Monday, 3 September 2012

Unlike Any Other

I very much enjoyed reading about your plans for last Friday night and your dream jobs and how you have gone in pursuit of them and/or have learned skills that will be useful if you get married and have children.

What you do leads very much to who you are, and if like Kirstin, you plan and strive and sacrifice to become, say, a zookeeper, that is a real formation of character. I love Gerald Durrell's books although I could never be so brave as to hang out with elephants and lions, so through one eensy comment Kirstin has become a heroine of mine. I feel like grabbing the few British bachelors I know and saying, "How about a ZOOKEEPER!? Wouldn't you like to meet a ZOOKEEPER?"

I am so impressed that there is a zookeeper among my readers. This is not to neglect the doctors and poets and teachers and churchwomen and moms, but come on. ELEPHANTS!

B.A. found a British copy of The Rules & The Rules II together in one volume for 33 pence, and so I am rereading them. Fein & Schneider are marketing geniuses, for there is enough padding in that book to stuff a chair. But as I have said for six years now, they have a lot of solid advice, beginning with "Be a Creature Unlike Any Other."

I have been married for three of those six, and now that I am not searching myself, I am a lot more sharp-witted about other Searching Singles, especially Searching Single men. Searching Single men say stuff to me they would probably not say if I were still Single myself. And I find them interesting for whole new reasons, like a retired hunter who has become a biologist.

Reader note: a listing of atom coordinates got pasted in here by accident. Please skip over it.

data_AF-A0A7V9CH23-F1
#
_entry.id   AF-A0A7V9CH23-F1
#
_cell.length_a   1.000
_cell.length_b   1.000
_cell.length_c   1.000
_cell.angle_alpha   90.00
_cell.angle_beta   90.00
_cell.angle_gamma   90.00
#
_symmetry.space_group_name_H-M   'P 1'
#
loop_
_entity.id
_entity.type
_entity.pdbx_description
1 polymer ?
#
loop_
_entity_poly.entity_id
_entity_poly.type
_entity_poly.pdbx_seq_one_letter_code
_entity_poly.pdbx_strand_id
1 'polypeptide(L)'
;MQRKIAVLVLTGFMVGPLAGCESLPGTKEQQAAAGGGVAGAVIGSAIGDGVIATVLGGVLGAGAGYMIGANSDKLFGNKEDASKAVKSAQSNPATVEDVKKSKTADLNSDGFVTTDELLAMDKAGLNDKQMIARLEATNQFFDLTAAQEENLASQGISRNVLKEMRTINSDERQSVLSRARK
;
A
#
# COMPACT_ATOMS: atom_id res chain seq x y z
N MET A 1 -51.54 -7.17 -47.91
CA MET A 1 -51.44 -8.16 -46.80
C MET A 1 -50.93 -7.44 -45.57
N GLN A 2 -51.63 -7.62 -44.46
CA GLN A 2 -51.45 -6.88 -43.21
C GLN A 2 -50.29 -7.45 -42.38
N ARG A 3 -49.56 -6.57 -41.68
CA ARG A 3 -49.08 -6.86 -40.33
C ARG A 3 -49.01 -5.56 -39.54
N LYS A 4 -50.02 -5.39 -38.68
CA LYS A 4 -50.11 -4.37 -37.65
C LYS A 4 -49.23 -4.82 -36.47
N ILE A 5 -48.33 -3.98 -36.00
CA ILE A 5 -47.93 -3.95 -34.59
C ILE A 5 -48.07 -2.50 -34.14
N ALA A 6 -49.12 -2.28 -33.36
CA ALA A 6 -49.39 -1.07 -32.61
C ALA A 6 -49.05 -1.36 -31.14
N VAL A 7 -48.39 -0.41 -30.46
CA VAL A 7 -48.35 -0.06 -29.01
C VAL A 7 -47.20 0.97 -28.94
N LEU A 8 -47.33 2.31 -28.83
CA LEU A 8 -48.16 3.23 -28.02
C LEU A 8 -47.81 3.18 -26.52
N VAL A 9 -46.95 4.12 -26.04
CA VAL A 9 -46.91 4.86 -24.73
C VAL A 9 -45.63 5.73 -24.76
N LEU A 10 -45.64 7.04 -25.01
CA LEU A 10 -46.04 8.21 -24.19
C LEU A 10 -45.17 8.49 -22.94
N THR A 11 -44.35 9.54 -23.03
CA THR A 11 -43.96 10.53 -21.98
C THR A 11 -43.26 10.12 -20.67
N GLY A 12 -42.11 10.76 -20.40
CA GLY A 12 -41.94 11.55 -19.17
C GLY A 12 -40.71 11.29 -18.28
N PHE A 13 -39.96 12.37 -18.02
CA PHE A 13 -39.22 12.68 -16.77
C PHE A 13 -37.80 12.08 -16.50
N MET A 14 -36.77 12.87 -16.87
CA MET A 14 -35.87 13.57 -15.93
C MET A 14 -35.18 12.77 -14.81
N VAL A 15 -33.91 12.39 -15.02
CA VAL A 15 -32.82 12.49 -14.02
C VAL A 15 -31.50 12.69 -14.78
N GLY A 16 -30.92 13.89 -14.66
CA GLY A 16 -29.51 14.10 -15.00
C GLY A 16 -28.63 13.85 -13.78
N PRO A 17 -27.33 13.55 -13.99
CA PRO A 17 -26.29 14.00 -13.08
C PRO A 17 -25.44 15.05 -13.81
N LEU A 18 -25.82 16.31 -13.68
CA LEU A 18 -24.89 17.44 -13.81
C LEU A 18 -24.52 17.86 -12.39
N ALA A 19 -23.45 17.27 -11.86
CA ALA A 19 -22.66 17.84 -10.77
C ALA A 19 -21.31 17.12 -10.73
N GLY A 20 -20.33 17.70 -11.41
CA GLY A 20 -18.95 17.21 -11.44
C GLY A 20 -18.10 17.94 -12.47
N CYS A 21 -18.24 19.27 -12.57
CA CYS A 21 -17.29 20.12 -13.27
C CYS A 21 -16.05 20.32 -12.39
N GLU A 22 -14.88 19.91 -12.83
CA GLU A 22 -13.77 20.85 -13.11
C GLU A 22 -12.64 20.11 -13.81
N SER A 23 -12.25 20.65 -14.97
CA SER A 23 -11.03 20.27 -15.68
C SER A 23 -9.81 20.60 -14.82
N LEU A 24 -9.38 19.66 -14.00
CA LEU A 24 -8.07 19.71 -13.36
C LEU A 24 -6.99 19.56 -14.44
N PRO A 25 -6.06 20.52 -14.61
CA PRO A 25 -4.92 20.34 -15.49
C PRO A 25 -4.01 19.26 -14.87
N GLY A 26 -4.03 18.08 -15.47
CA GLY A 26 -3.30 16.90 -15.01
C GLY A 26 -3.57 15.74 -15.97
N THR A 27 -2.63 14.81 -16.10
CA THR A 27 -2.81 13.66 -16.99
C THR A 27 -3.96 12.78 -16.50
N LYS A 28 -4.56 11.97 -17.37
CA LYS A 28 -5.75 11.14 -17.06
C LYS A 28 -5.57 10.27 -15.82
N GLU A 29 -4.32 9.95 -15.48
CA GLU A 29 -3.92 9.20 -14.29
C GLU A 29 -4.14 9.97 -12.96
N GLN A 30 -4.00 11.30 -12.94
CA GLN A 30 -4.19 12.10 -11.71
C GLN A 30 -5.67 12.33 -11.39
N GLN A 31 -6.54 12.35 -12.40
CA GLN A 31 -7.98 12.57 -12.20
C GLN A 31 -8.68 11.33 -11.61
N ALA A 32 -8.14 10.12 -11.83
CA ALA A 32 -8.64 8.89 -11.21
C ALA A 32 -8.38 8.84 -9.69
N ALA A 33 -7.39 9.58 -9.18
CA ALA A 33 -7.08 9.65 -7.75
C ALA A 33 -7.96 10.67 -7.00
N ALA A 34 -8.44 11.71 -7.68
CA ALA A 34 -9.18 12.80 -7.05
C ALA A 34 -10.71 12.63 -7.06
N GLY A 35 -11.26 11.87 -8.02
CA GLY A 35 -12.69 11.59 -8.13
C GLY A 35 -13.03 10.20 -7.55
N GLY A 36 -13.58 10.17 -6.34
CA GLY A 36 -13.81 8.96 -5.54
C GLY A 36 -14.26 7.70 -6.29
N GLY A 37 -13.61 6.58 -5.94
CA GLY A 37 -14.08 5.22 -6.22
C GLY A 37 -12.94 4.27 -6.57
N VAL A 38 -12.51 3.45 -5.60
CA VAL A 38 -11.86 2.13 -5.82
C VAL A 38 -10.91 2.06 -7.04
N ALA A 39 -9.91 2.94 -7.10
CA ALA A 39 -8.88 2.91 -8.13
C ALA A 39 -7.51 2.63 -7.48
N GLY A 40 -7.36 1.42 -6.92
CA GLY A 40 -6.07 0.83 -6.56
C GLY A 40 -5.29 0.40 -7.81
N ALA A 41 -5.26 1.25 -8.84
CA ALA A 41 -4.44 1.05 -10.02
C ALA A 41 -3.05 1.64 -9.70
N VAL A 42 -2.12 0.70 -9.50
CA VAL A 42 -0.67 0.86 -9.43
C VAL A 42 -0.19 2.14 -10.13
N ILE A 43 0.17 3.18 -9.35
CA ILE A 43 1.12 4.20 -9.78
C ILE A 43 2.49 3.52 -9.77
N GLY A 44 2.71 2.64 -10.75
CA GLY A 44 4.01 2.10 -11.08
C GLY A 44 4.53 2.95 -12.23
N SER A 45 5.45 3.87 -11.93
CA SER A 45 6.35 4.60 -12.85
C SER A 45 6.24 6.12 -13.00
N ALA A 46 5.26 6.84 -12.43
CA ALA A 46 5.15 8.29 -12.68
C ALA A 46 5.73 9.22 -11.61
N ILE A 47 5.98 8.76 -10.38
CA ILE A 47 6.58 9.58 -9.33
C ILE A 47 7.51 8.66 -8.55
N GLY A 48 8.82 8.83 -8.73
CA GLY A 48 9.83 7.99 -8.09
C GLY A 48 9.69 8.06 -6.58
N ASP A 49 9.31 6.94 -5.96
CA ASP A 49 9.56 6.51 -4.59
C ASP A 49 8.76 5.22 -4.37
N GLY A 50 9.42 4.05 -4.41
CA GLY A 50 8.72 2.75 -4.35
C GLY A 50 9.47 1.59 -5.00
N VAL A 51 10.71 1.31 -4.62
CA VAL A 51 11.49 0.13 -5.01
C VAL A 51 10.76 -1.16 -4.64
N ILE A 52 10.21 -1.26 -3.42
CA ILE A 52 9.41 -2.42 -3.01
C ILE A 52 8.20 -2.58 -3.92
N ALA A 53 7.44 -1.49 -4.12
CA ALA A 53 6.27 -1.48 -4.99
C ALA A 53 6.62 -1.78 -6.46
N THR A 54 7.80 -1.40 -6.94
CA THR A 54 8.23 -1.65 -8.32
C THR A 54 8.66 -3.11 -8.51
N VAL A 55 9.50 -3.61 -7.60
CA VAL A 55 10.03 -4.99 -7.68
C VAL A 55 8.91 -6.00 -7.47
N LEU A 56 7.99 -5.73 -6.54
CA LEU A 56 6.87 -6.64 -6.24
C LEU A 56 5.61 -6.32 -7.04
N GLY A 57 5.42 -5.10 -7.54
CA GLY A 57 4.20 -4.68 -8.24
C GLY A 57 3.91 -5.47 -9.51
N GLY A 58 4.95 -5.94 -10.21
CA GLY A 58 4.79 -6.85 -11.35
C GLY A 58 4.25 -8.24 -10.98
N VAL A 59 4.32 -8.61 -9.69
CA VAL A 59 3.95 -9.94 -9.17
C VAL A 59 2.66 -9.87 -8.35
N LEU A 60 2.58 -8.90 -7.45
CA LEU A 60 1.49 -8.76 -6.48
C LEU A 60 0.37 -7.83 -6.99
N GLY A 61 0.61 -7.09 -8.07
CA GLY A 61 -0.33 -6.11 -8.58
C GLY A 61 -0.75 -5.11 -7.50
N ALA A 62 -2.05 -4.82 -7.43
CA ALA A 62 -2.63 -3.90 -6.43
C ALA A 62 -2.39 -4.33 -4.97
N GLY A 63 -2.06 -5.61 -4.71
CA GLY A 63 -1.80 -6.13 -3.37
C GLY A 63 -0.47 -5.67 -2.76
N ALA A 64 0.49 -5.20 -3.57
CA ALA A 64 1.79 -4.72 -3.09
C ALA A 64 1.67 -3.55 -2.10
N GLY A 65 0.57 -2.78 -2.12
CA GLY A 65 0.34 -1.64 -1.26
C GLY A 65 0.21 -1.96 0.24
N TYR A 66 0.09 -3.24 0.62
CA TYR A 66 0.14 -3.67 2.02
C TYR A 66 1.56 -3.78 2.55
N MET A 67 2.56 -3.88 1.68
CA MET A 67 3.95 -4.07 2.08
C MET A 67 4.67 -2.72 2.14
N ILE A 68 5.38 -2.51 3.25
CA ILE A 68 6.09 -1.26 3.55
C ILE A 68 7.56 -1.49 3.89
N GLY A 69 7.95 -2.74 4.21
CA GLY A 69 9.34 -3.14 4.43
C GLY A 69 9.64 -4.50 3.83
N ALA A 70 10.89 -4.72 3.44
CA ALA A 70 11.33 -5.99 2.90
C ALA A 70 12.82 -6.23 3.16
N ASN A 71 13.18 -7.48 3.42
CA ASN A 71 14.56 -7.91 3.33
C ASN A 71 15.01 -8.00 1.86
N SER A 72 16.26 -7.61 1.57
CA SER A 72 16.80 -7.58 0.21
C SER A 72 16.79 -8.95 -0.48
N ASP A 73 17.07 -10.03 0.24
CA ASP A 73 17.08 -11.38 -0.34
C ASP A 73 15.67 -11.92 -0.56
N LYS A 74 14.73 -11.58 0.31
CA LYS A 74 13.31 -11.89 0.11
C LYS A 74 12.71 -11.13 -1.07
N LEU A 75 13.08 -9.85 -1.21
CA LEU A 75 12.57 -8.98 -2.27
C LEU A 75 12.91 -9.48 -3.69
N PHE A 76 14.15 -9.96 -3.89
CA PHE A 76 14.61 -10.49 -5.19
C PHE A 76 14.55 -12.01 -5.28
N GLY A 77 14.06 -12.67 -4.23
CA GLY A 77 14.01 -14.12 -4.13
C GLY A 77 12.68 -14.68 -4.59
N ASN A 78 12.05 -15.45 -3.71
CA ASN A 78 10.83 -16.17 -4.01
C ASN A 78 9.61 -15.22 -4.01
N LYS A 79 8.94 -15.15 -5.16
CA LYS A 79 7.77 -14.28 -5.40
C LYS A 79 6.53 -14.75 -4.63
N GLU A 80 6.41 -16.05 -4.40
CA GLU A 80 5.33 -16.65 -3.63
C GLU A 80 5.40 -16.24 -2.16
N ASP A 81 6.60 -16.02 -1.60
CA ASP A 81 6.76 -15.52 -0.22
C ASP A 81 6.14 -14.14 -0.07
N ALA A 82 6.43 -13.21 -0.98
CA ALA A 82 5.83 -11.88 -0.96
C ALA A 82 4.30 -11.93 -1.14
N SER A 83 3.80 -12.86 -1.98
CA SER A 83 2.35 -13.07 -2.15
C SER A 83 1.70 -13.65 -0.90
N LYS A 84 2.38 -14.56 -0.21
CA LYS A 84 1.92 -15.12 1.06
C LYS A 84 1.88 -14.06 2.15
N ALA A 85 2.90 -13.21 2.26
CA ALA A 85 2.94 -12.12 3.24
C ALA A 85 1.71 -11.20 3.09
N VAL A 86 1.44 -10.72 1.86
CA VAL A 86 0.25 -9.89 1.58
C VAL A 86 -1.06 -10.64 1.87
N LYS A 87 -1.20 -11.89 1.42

The kinds of guys who get chased by crowds of girls strike me as particularly interesting. Why they are being chased does not interest me as much as how they are ever going find Miss Right in a sea of clamouring Miss Wrongs. Will they bother, or will they just float on a sea of flattery until they are forty and panic about having kids?

"I concede that they find me interesting," said one such guy of the girls throwing themselves at him, "but what makes them think that I would find them interesting?"

I think he'd find a zookeeper pretty darn interesting. I hope so, or I will totally lose my faith in Young Men Today.

Admittedly, though, with men it's not primarily what you do but what you look like, so it is always a good idea to look your best in public. That way the sort of men who think your sort of looks are attractive will be attracted long enough to find out what you do. So make sure you do something.

Once you have revealed what it is you do, whether feeding lions or teaching children or studying the thought of Bernard Lonergan, SJ, make sure you don't bore your hearers about it. If your interlocutor seems genuinely interested in what you do, think of what aspect of it you think your listener will find most interesting. And then ask your listener about himself. When you can do so politely, wind up the conversation to talk to somebody else. Always leave 'em wanting more.

This reminds me that poor John Wayne has been the Swashbuckling Protector for weeks now, and I must find another one. Hmm...

15 comments:

Eowyn said...

Perhaps a tad unusual, but I vote the next Swashbuckler Protector be Motel the Tailor from Fiddler on the Roof!

Eowyn said...

...as portrayed by Leonard Frey.

Maria said...